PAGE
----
Joel Achenbach offers a lively narrative review of the War of 1812 and the invasion and burning of Washington, D.C. in the Washington Post today, the two-hundredth anniversary of the attack. He spends an unaccountable number of column inches on the Battle of Bladensburg (?), but has some funny and touching stories towards the end about President James and First Lady Dolly Madison wandering around separately in nearby Virginia and Maryland for the first few days after the invasion and destruction of the President’s House, hoping to find some sympathetic locals to take them in.
Achenbach name checks some famous bro-storians, but for my money the funniest and most entertaining account of the torching of what we now call the White House is Kariann Yokota’s account of it in the closing pages of her 2011 book, Unbecoming British: How Revolutionary America Became a Postcolonial Nation, on pages 226-27 at the beginning of her Conclusion. She reviews the elegant supper enjoyed by British officers on imported tableware, washed down with wine from cut-glass decanters, just before they piled up the furniture to burn it to cinders.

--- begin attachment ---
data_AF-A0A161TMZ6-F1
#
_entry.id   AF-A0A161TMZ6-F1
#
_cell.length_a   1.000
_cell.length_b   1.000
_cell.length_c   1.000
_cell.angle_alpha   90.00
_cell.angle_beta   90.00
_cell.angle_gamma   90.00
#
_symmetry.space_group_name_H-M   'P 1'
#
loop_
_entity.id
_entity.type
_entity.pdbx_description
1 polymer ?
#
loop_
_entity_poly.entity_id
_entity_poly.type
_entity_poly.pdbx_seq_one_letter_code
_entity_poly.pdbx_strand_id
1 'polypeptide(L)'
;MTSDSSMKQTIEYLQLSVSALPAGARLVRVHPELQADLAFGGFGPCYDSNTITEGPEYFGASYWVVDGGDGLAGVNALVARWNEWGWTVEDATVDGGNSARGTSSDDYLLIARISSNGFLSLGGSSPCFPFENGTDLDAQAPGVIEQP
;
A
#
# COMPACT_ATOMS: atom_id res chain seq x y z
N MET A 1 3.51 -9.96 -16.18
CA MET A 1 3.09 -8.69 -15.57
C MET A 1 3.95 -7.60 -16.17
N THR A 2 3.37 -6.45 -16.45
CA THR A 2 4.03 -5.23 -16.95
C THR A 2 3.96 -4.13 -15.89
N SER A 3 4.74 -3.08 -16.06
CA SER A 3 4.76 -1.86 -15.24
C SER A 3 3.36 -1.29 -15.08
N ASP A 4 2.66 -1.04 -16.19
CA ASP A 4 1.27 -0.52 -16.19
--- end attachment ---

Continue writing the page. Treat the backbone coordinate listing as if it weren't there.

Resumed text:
Read it and laugh, knowing that the Republic will endure.